Taken alone, Wasserman Schultz's failure to fill a key role in the party infrastructure greatly frustrated Democratic officials. But it was only the latest in what party insiders describe as a series of strategic missteps, including the furor over the debate schedule, Wasserman Schultz's public waffling over the president's top foreign policy priority and, increasingly, her unwavering commitment to neutrality in the presidential primary amid a growing crisis for the Clinton campaign.

“I suspect that Chairwoman Wasserman Schultz is holding back because she doesn't want to seem like the DNC is picking among the candidates,” said Ed Rendell, a former DNC chair and Pennsylvania governor. “But I think she should take the posture that, 'Hey, I’m defending Hillary Clinton from charges but if anyone attacks [Martin] O’Malley or [Bernie] Sanders, I’ll be right there to defend them against the charges.'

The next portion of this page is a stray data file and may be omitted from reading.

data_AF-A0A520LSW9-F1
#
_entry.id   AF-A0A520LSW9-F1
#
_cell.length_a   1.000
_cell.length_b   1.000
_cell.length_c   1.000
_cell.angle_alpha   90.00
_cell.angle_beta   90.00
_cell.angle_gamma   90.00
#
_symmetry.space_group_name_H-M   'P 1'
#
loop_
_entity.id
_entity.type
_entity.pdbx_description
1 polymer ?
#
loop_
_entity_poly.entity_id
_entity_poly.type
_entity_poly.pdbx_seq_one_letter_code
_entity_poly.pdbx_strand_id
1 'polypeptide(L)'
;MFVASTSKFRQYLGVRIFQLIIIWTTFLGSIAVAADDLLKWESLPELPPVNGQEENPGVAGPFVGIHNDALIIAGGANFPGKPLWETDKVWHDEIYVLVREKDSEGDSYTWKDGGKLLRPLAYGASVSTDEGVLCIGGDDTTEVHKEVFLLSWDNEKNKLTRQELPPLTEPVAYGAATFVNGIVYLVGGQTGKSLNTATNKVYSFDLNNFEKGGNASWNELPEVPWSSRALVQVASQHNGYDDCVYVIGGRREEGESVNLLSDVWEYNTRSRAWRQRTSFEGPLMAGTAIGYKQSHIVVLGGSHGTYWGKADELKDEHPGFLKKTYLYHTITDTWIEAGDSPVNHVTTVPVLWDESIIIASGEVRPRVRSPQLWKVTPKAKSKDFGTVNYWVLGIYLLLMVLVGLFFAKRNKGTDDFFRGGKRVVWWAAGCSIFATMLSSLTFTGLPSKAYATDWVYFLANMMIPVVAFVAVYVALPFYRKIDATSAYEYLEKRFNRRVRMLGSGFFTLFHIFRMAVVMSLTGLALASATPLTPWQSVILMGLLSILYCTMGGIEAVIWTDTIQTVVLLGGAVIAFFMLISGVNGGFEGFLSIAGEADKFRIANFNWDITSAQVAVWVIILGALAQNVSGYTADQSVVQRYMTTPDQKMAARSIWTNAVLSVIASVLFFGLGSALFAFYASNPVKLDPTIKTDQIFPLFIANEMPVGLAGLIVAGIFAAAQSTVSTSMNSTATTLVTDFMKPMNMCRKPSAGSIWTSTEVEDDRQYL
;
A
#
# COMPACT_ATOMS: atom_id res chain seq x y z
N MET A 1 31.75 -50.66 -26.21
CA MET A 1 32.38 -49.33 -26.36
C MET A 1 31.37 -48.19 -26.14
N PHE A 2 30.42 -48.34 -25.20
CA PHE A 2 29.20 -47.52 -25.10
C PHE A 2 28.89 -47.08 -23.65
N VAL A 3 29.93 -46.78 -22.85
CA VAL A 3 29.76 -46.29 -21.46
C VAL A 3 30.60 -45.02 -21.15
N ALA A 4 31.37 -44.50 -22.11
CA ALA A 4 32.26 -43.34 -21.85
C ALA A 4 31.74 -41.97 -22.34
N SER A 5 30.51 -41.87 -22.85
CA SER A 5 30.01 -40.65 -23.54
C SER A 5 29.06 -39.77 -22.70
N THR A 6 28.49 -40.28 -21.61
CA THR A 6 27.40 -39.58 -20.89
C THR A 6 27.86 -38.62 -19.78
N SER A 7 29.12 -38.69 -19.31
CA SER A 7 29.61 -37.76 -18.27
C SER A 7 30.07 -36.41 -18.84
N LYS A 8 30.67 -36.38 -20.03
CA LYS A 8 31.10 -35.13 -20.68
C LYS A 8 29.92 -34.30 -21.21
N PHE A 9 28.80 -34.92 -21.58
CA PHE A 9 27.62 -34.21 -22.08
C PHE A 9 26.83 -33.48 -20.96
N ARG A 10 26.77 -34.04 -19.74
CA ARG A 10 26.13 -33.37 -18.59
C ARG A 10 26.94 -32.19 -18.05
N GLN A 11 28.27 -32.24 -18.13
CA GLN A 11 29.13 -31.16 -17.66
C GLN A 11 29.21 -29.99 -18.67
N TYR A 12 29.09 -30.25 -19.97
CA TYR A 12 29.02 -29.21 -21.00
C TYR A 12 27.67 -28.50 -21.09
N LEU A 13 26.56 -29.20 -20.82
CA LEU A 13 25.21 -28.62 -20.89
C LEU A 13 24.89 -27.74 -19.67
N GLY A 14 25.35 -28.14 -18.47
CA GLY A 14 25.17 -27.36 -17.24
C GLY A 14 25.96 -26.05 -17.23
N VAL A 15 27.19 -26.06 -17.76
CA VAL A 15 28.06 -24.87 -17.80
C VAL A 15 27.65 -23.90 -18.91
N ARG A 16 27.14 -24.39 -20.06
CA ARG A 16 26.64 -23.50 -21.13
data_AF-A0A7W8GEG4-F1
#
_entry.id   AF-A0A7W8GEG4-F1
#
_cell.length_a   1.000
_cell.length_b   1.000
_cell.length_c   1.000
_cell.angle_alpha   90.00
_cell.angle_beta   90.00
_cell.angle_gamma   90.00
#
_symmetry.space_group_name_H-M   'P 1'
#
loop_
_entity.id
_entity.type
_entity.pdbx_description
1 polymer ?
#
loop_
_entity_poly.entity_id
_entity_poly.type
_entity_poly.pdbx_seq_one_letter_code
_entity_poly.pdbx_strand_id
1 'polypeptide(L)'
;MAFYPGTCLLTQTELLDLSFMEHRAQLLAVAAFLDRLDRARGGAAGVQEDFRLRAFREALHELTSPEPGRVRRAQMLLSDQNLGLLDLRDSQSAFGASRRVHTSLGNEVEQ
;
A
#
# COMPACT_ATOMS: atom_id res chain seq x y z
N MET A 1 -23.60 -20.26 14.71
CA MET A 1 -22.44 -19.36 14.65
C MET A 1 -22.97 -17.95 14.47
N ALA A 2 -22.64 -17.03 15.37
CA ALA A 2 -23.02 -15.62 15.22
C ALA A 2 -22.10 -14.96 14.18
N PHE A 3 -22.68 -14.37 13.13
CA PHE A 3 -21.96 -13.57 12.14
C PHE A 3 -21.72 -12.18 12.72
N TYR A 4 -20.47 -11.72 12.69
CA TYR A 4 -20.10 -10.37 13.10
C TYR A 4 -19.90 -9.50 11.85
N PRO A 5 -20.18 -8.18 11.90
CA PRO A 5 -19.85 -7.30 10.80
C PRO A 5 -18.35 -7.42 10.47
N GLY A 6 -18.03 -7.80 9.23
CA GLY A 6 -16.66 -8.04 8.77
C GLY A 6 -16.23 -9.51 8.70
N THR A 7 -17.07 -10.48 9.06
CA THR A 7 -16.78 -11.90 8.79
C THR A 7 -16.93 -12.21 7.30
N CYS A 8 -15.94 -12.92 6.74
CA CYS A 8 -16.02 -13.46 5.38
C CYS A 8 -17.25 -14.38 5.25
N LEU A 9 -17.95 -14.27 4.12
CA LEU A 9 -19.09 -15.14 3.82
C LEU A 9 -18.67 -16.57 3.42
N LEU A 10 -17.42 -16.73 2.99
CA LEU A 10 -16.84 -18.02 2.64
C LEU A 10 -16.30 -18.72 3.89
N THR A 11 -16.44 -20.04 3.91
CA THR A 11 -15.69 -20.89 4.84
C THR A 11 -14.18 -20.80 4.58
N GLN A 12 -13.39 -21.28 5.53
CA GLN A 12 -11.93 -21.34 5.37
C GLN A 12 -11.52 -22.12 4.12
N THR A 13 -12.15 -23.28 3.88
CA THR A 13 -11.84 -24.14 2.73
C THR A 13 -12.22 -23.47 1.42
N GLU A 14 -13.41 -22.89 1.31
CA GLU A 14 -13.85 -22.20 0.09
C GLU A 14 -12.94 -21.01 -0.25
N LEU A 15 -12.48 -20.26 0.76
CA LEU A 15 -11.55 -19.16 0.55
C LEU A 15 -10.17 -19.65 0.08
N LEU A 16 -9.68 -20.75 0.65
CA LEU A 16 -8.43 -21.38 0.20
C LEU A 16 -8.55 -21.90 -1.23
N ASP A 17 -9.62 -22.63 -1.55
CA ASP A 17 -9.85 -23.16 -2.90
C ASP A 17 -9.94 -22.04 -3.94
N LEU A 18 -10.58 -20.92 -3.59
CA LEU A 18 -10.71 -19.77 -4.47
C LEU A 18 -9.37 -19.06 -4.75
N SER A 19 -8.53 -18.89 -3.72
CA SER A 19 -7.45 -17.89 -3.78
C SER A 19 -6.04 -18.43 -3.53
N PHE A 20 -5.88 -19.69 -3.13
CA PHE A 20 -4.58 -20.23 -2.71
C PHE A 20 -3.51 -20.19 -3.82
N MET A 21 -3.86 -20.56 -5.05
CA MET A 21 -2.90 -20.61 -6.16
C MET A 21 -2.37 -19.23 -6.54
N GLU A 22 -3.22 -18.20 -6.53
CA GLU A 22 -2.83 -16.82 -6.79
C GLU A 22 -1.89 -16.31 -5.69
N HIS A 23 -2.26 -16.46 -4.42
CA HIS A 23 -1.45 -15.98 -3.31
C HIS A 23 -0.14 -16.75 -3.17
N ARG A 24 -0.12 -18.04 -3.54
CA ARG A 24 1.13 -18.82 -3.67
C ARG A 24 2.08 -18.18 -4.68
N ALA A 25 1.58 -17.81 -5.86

"Debbie is usually a forceful advocate for the Democratic Party," he added.

Now, heading deeper into the 2016 campaign, party insiders are increasingly questioning the effectiveness of the DNC and Wasserman Schultz's leadership of the committee.

Leading A DNC That The White House Didn't Value

In 2011, Obama tapped the then 44-year-old Wasserman Schultz to take over the DNC because of her savviness as a communicator, her acumen as a fundraiser and her aggressive political instincts. But early on, Obama administration officials made clear that the president, not the new DNC chief, would steer the party's future.